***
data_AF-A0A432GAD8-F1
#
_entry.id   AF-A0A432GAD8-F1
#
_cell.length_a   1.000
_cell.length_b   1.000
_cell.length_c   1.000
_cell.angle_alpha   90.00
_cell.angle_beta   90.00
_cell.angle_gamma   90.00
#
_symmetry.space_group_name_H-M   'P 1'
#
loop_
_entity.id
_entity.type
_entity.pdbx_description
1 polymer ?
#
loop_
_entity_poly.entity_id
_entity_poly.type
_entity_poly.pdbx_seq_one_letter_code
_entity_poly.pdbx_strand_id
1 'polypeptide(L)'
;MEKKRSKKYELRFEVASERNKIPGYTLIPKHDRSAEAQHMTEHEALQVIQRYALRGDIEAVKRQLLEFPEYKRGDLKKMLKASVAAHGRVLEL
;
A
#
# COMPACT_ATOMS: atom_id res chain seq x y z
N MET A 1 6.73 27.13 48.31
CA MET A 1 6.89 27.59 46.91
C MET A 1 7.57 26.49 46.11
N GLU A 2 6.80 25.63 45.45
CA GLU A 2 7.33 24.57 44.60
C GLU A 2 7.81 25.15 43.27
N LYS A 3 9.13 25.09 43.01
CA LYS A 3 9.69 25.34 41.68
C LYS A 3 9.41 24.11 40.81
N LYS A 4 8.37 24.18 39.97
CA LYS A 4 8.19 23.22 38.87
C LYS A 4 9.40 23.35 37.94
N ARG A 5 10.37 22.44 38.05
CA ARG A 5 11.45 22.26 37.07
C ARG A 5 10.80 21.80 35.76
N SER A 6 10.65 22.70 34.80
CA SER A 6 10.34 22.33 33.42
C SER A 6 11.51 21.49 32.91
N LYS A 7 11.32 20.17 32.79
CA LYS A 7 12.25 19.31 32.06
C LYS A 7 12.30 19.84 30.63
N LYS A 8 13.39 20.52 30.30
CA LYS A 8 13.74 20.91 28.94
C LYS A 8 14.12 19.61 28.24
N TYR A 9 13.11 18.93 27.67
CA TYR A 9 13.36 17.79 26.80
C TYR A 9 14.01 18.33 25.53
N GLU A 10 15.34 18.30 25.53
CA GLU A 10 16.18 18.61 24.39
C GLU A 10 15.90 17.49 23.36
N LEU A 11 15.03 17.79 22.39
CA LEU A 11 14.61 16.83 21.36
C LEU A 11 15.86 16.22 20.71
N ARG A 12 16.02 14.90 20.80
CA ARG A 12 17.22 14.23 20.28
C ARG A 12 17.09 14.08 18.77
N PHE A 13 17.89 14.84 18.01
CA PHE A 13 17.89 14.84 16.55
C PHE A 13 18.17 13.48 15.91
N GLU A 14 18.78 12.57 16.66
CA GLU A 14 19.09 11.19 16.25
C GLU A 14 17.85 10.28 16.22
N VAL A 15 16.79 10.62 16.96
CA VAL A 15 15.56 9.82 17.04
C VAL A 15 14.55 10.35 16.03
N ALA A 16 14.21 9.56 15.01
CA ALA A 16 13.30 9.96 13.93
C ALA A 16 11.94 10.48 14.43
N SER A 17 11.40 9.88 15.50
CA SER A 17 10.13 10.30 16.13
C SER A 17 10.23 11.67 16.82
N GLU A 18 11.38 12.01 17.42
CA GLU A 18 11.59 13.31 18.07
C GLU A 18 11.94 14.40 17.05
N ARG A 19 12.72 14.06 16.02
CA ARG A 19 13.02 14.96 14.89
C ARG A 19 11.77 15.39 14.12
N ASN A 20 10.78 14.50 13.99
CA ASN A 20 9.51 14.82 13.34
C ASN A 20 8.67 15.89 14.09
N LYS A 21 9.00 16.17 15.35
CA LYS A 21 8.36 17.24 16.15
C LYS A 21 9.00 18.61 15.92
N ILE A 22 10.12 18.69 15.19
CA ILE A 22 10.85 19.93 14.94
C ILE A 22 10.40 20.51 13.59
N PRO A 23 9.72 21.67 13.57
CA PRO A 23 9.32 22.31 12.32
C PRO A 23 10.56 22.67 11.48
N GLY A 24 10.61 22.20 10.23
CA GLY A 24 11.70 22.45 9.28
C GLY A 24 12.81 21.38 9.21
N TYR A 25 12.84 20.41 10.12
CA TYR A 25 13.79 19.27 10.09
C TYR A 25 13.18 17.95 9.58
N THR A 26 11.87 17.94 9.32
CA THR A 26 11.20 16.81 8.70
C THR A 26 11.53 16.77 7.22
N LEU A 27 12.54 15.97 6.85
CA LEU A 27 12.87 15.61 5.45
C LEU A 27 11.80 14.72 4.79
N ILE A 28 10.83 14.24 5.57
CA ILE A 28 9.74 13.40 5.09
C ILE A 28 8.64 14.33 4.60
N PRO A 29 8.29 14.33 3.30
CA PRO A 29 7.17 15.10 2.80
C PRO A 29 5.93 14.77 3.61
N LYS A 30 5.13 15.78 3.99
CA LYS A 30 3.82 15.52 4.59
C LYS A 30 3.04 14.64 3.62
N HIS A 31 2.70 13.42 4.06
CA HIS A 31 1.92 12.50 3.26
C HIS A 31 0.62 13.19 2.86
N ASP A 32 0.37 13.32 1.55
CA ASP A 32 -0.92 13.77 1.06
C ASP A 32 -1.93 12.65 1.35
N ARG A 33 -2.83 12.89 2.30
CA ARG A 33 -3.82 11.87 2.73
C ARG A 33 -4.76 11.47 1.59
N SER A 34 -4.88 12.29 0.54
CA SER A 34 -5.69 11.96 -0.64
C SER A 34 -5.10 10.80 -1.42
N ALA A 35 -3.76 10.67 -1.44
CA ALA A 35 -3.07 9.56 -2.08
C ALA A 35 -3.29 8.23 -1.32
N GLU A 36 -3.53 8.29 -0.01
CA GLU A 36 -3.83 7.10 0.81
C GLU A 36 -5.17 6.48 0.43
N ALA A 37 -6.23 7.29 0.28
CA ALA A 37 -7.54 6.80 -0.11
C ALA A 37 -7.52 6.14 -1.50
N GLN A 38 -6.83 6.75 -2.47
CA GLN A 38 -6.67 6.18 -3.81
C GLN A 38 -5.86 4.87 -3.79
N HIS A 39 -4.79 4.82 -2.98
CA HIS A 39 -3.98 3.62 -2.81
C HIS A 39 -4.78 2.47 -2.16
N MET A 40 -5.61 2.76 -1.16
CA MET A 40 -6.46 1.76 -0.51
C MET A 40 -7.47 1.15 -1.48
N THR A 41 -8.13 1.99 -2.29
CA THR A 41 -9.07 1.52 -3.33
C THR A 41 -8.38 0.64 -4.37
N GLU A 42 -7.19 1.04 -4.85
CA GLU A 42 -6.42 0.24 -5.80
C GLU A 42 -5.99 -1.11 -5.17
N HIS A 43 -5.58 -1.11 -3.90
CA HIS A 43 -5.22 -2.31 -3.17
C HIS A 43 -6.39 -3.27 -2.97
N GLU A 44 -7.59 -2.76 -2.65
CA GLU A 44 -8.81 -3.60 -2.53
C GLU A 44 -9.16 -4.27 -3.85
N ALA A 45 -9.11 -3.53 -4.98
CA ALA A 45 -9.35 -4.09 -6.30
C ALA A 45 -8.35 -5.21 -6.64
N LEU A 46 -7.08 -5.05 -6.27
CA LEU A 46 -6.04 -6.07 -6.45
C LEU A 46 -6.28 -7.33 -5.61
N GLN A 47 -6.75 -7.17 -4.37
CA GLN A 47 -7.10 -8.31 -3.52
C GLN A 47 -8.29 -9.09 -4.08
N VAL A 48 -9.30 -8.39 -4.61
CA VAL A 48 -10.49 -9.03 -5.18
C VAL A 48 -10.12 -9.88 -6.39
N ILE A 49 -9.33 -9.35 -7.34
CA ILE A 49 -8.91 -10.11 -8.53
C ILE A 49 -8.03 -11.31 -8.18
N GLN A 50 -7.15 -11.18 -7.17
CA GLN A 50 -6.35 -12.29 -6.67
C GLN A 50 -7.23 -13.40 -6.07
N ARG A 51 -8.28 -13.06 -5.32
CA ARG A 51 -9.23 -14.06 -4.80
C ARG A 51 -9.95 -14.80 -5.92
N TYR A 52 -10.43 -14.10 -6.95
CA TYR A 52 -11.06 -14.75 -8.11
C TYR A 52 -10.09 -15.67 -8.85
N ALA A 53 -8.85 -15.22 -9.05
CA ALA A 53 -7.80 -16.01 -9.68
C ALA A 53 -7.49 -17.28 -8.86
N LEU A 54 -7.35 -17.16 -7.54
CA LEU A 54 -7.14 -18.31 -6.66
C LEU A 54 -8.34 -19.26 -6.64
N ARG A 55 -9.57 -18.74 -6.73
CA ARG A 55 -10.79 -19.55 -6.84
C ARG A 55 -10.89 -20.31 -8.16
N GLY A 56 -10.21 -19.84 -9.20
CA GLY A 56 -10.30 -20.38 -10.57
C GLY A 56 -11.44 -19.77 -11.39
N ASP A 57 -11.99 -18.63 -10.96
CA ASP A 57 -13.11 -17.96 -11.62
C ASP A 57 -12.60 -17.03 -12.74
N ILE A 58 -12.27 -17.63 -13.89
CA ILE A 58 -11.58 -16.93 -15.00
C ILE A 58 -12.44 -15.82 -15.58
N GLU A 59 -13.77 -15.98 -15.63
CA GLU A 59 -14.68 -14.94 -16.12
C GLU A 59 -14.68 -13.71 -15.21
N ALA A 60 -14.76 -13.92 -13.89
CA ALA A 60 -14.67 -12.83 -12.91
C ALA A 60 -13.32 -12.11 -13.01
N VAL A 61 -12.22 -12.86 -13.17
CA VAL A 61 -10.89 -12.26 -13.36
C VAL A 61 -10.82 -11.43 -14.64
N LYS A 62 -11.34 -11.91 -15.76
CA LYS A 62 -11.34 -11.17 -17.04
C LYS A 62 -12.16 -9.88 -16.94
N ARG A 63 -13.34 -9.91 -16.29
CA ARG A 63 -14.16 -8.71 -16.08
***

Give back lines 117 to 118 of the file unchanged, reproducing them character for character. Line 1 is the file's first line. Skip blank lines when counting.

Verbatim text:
C PRO A 29 5.93 14.77 3.61
N LYS A 30 5.13 15.78 3.99